Let me start by saying I wanted Night Shift to be something other than what it turned out to be. Let’s face it—a mining base in the Antarctic at the start of a six-month-long night shift, doesn’t your mind immediately turn to The Thing? So, I’m expecting a monster. Oh, I got one, it just happened to be of the human variety.
There was a time when I immersed myself in sci-fi, long before I discovered horror and it took over my reading experience. Every now and again, it’s nice to go back and visit those days, and that’s just what I did with this epic, hard sci-fi novel by Brian Trent.
Kosmos is one of the most entertaining original works I’ve read in all of 2018. Considering I’ve read seventy-seven books this year that’s saying a lot.
James Newman lives in North Carolina, USA, and Adam Howe makes his home across the Atlantic in England. Thanks to the power of the Internet, collaborations like this one are possible. The result is both wondrous and wonderful.
So what’s Scapegoat about? Well, I’m glad you asked…
John Everson writes some of the darkest horror imaginable, sprinkles it with a healthy dose of sex, and yet it’s easy to believe every word he puts to paper. His latest story, The House by the Cemetery, is the quintessential October release. It’s the tale of a purportedly haunted house by a cemetery being refurbished as a Halloween attraction.
To date, I’ve read all but one of the first nine offerings from Flame Tree Press and I’ve been quite impressed with everything thus far. I’ve actually raved about the first seven books, so to experience a hiccough here at book eight is no real surprise.
The Toy Thief is a creepy tale of two siblings and what they encounter over of the course of one summer in their young lives.
Jayce Lewis’ daughter Emily has gone missing and Jayce is doing all he can to find her. The more he seeks the more he learns about her life and his own. From the strange concoctions sold at the Crazyqwik, to the dog-eaters who think he’s a meat thief, to the Harvest Man, and just wait until you encounter the pink devil. It’s all like his mother told him time and again…
The world is a dangerous place.
The Sky Woman: From Ringworlds to Earth, an Epic Struggle of Love and Survival by J.D. Moyer
Flame Tree Press (September 6, 2018)
288 pages; $24.95 paperback; $14.95 paperback; $6.99 e-book
Reviewed by Frank Michaels Errington
The Sky Woman: From Ringworlds to Earth, an Epic Struggle of Love and Survival by J.D. Moyer deftly combines multiple genres into a solid work which starts out reading much like your typical fantasy fare but goes places I never anticipated.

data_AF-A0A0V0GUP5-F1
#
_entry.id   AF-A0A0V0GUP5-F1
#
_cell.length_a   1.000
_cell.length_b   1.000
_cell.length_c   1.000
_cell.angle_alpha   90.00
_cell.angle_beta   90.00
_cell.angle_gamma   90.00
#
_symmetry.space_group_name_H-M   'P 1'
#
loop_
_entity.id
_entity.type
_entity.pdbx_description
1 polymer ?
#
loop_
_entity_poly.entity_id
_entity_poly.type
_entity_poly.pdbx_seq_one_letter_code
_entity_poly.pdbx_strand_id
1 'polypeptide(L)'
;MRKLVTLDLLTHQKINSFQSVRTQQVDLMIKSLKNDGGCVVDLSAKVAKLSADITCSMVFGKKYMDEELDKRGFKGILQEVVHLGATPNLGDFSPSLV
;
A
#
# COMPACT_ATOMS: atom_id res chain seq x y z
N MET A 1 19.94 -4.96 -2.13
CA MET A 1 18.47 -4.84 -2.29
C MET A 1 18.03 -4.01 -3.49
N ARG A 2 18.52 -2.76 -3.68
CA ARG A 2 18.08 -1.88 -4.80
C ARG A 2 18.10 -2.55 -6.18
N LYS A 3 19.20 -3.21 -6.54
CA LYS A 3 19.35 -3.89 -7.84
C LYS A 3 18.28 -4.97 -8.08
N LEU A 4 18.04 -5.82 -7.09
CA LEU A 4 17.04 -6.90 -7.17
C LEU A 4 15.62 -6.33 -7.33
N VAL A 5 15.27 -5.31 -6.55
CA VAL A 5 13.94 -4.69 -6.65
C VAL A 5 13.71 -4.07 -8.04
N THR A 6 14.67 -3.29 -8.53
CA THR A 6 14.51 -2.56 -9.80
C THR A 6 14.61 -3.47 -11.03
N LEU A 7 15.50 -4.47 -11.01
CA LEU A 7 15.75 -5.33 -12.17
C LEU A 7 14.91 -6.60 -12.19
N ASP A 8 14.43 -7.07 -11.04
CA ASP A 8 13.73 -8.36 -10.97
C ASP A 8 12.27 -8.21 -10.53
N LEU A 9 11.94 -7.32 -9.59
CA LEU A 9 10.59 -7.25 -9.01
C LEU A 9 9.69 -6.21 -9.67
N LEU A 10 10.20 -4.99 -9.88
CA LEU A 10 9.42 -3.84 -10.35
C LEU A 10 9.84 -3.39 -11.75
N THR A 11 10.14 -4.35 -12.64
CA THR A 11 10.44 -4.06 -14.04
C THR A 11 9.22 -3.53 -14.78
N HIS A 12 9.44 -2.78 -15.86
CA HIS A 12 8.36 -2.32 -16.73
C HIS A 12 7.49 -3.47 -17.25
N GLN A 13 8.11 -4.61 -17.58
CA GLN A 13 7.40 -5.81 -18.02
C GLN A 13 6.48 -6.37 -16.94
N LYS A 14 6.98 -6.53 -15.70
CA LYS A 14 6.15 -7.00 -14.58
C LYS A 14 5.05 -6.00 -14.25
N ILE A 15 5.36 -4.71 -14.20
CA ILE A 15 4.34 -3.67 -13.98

It was almost two years ago Jonathan Janz first came to my attention. I kept hearing about his novel, Children of the Dark. This is what I said in my review of that work: “This is one time where all of the hype was dead on.“
No one writes horror like Ramsey Campbell, as evidenced by numerous accolades over the years, including a Lifetime Achievement Award from the Horror Writers Association, and the Living Legend Award of the International Horror Guild.
Thirteen Days by Sunset Beach is the latest book I’ve read from new publisher Flame Tree Press, and based on what I’ve seen so far, they will be a welcome addition to the marketplace.
There’s a new publisher I think we’re going to hear a lot about in the coming months. They call themselves Flame Tree Press and they plan to publish both established authors and new voices in horror and the supernatural, crime and mystery thrillers, as well as science fiction and fantasy.
Yes, I consider myself a Hellion. That’s how Hunter Shea refers to his most ardent followers. I can’t say I’ve read every one of his books (he’s remarkably prolific), but I’ve yet to read one I didn’t care for.
Creature is the second book I’ve read from new publisher Flame Tree Press, who looks to publish both established authors and new voices in horror and the supernatural, crime and mystery thrillers, as well as science fiction and fantasy. It’s also a bit of a diversion for Hunter. It’s easily his most personal work to date. Sure, there’s a monster, that’s evident from the title, but this book is so much more.
Eric, aged three, disappears at the grocery store while under the care of his older brother, Ben. Every parent’s worst nightmare. The rising panic woven through this scene was incredibly well written.
I can’t say I liked everything about Bad Man. Early on, I was enjoying the read but found myself searching for the story. There was one red herring, in particular, which I was less than fond of. But, I will say Dathan Auerbach is a very capable writer, deserving of his success.
Nothing You Can Do is the first collection from genre writer Ed Kurtz., containing seventeen stories of hardboiled crime. Most of them have been previously published, with the exception of the final story, which appears here for the first time.
Unless you are a hardcore Ed Kurtz fan, chances are pretty good you haven’t read more than a handful of these tales.
I can’t think of a better way to describe Tony Tremblay’s debut novel, The Moore House, than with the author’s own words of warning from one character to another in the actual story…